2. EPS and RFCA

Written informed consent was obtained from all the patients before the procedure. Procedures were performed mostly under local anesthesia with lidocaine, but conscious sedation was also used depending on the age and preference of the patients. AVNRT was induced in each patient by using programmed electrical stimulation (PES) (Fig. 1). In the patients whose AVNRT could not be induced by PES or tachycardia were nonpersistent, PES induction was performed again when the heart rate was increased by 20%–30% above the basal heart rate by using isoproterenol (1–1.5 µg/min). The procedure was performed with the anatomical approach under fluoroscopic guidance (Fig. 2). Radio frequency pulse was applied to the appropriate position at the maximum power of 50–60 W and maximum temperature of 60℃. Ablation began from the posterior region of the triangle of Koch and progressed anteriorly as deemed necessary. Junctional rhythm that occurs during ablation masks the atrioventricular (AV) block and increases the risk of an AV block. To prevent this, ablation was performed with atrial pacing at a rate 20%–30% higher than the basal heart rate. Thirty minutes after successful ablation, we tried to reinduce AVNRT with PES by using isoproterenol. The success of an ablation was defined as zero echo beat and jump during induction after ablation, and 1 echo beat or jump observed after ablation without the induction of tachycardia was defined as modification. Patients who were asymptomatic after RFCA were followed up for at least 2 years after the procedure, and those with symptoms or recurrence were followed up long-term.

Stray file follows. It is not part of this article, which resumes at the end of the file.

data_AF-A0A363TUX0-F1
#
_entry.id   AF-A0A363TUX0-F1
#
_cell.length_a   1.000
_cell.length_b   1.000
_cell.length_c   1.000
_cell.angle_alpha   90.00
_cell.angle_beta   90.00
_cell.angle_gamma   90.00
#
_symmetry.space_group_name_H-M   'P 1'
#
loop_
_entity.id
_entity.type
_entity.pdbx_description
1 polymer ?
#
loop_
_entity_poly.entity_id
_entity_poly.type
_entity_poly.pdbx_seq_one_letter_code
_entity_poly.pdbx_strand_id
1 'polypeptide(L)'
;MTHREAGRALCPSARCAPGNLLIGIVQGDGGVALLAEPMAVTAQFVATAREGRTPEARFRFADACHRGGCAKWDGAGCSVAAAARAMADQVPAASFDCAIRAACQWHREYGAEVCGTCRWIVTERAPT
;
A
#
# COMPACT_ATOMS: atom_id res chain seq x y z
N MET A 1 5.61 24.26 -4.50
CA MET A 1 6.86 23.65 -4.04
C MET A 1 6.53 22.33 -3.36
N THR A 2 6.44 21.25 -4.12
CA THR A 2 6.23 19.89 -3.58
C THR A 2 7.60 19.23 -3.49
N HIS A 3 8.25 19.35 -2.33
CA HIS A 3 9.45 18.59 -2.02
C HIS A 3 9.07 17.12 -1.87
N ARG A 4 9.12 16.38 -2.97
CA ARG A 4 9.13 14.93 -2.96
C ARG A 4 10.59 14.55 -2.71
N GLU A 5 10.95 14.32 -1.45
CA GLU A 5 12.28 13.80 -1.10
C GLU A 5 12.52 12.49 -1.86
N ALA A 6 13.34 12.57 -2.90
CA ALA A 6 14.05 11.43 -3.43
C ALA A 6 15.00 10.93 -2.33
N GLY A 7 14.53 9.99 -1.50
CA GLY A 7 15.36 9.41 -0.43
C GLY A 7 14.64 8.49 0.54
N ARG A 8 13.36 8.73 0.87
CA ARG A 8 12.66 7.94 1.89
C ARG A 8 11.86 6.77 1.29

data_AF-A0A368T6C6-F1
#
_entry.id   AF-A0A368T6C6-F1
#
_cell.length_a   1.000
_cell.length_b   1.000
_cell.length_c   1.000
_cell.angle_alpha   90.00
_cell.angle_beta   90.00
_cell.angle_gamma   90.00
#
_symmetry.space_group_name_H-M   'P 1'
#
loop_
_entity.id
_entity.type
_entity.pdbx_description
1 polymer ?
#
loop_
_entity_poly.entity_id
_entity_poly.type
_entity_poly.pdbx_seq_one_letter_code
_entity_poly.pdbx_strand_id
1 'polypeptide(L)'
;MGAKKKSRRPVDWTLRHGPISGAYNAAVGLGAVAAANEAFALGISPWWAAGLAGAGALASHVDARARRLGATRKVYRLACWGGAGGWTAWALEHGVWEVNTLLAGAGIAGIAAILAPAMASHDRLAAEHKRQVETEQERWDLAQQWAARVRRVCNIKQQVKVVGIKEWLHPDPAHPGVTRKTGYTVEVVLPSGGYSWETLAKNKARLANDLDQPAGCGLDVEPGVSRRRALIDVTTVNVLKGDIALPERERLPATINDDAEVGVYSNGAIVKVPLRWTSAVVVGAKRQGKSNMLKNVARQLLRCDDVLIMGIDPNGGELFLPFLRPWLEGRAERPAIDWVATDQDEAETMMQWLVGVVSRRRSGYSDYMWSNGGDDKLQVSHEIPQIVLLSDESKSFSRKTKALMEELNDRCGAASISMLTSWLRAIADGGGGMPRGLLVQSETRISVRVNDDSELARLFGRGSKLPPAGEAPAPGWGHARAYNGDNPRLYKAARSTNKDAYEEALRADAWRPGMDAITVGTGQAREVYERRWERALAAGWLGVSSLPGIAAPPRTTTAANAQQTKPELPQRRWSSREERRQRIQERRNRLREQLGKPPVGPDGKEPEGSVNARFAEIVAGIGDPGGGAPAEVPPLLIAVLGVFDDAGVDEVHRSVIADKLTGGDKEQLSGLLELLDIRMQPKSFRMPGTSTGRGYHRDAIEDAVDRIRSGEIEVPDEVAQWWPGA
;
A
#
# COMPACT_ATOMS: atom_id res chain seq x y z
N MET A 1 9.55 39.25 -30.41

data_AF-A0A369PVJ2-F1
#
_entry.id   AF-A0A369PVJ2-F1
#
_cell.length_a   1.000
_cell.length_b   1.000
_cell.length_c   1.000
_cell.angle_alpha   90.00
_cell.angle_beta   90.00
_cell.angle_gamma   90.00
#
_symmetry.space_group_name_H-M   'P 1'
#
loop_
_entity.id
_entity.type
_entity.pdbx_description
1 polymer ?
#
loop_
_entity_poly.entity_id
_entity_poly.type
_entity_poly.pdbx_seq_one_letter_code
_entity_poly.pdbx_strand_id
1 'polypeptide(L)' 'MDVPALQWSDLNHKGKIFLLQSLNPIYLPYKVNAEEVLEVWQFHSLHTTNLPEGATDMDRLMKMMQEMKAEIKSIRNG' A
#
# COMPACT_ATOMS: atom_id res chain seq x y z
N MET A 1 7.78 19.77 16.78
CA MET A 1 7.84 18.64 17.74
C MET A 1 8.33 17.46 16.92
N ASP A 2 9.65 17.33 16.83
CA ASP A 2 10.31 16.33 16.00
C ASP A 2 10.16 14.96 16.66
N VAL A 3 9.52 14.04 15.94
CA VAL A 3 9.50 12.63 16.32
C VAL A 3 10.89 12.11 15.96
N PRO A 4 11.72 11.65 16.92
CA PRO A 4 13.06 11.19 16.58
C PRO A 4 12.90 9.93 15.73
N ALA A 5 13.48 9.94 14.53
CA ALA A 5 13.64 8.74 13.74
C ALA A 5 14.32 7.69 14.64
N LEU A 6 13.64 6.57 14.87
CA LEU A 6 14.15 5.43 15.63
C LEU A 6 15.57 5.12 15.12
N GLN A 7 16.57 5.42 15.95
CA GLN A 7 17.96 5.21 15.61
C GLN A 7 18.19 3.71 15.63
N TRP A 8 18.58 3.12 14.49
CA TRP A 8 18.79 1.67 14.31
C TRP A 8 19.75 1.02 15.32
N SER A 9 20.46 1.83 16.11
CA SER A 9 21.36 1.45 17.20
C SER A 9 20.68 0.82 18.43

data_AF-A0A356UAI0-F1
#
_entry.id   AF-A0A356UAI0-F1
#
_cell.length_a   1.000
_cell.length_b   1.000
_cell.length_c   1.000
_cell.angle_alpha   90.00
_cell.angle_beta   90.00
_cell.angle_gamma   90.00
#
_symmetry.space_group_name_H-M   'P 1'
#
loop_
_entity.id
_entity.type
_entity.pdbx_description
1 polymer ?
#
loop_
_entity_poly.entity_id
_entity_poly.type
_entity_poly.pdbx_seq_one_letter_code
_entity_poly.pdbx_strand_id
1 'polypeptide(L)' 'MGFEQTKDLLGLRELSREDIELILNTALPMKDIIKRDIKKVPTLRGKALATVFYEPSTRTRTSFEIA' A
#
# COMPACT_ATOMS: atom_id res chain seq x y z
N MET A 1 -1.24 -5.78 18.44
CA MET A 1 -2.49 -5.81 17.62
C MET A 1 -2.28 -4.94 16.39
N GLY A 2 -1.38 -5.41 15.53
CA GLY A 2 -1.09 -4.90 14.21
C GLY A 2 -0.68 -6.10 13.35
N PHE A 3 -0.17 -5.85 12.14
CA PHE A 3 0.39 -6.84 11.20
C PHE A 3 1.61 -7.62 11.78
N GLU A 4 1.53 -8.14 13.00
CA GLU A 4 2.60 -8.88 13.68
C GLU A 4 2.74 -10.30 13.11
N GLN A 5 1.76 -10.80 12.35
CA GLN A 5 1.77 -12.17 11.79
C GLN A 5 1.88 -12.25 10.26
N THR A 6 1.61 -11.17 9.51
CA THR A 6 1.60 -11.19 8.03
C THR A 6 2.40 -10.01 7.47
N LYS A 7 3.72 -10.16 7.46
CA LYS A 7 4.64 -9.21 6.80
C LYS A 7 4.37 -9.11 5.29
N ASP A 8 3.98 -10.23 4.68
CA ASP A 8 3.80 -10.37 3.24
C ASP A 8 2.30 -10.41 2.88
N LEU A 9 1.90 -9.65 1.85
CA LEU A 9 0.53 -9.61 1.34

Fifty patients underwent EPS and RFCA for AVNRT, of whom 25 were male and 25 were female. The mean age and body weight of the patients were 13.4±2.6 years and 49.6±12.4 kg, respectively. One of the patients had structural heart diseases (valvular aortic stenosis and coarctation of the aorta), which was surgically corrected prior to the procedure. Twenty patients (40%) received beta blockers for recurrent tachycardia prior to the procedure. Eleven patients needed conscious sedation during EPS and RFCA, and 13 (26%) needed tachycardia induction with isoproterenol due to failure of induction with PES. The mean procedure time was 138.3±28.4 minutes, and the mean fluoroscopy time was 31.4±14.2 minutes. Of the 50 patients who underwent EPS and RFCA, 43 successfully completed slow pathway (SP) ablation and 6 completed SP modification. One patient had a failed ablation due to failed tachycardia induction caused by damage to the AV node fast pathway during insertion of the catheter in the coronary sinus os. Of the regions that were successfully ablated, the midseptal region showed the highest success rate (25 of 50, 50%). Five patients developed transient AV block during ablation (5 of 50, 10%), and they all improved during the procedure. However, 1 patient developed complete AV block during the procedure (1 of 50, 2%), which persisted to this day and is being followed up. The patients were followed up for at least 2 years after ablation. Before discontinuing follow-up, patients without notable symptoms were educated to revisit if symptoms or other problems develop. Seventeen patients were reassessed during follow-up for short bouts of palpitation that lasted a few seconds, chest discomfort, or dizziness (17 of 50, 34%), and 6 of them had confirmed SVT on electrocardiography (6 of 50, 12%). The mean time to recurrence in the patients with recurrent AVNRT was 49.6±12.4 months (Table 1). Of the patients with recurrence, 3 had successful reablations with EPS and RFCA, and are being followed up without particular symptoms. One of the 3 patients was the patient who had an unsuccessful RFCA at the first procedure due to induction failure (Table 2). Of the 6 patients who underwent modification during the first RFCA, 4 have no issues so far and 2 reported symptoms of short bouts of palpitation (a few seconds) but were not confirmed on electrocardiography and 24-hour Holtor.